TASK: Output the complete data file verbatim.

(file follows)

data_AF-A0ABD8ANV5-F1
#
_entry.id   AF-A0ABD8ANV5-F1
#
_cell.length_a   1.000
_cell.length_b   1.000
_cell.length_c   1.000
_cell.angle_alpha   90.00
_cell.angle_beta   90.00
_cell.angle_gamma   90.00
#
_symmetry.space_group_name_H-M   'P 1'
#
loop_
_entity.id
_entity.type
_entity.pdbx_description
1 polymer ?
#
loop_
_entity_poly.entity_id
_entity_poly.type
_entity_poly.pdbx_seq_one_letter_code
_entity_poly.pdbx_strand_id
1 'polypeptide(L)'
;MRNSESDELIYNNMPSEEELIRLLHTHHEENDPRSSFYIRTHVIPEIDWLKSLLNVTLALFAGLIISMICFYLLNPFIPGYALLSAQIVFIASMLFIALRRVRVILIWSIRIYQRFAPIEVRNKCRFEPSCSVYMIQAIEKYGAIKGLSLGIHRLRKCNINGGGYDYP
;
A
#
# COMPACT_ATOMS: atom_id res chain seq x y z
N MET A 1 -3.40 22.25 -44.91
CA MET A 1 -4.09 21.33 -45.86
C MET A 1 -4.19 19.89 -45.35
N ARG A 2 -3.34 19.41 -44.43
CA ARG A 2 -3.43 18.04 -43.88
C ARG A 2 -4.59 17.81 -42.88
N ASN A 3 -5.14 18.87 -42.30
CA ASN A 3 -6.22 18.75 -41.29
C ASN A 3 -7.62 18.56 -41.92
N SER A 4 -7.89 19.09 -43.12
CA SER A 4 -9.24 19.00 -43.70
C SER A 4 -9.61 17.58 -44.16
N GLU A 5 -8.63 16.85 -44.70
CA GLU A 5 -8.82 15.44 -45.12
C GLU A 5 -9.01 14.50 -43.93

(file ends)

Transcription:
data_AF-A0ABD8ANV5-F1
#
_entry.id   AF-A0ABD8ANV5-F1
#
_cell.length_a   1.000
_cell.length_b   1.000
_cell.length_c   1.000
_cell.angle_alpha   90.00
_cell.angle_beta   90.00
_cell.angle_gamma   90.00
#
_symmetry.space_group_name_H-M   'P 1'
#
loop_
_entity.id
_entity.type
_entity.pdbx_description
1 polymer ?
#
loop_
_entity_poly.entity_id
_entity_poly.type
_entity_poly.pdbx_seq_one_letter_code
_entity_poly.pdbx_strand_id
1 'polypeptide(L)'
;MRNSESDELIYNNMPSEEELIRLLHTHHEENDPRSSFYIRTHVIPEIDWLKSLLNVTLALFAGLIISMICFYLLNPFIPGYALLSAQIVFIASMLFIALRRVRVILIWSIRIYQRFAPIEVRNKCRFEPSCSVYMIQAIEKYGAIKGLSLGIHRLRKCNINGGGYDYP
;
A
#
# COMPACT_ATOMS: atom_id res chain seq x y z
N MET A 1 -3.40 22.25 -44.91
CA MET A 1 -4.09 21.33 -45.86
C MET A 1 -4.19 19.89 -45.35
N ARG A 2 -3.34 19.41 -44.43
CA ARG A 2 -3.43 18.04 -43.88
C ARG A 2 -4.59 17.81 -42.88
N ASN A 3 -5.14 18.87 -42.30
CA ASN A 3 -6.22 18.75 -41.29
C ASN A 3 -7.62 18.56 -41.92
N SER A 4 -7.89 19.09 -43.12
CA SER A 4 -9.24 19.00 -43.70
C SER A 4 -9.61 17.58 -44.16
N GLU A 5 -8.63 16.85 -44.70
CA GLU A 5 -8.82 15.44 -45.12
C GLU A 5 -9.01 14.50 -43.93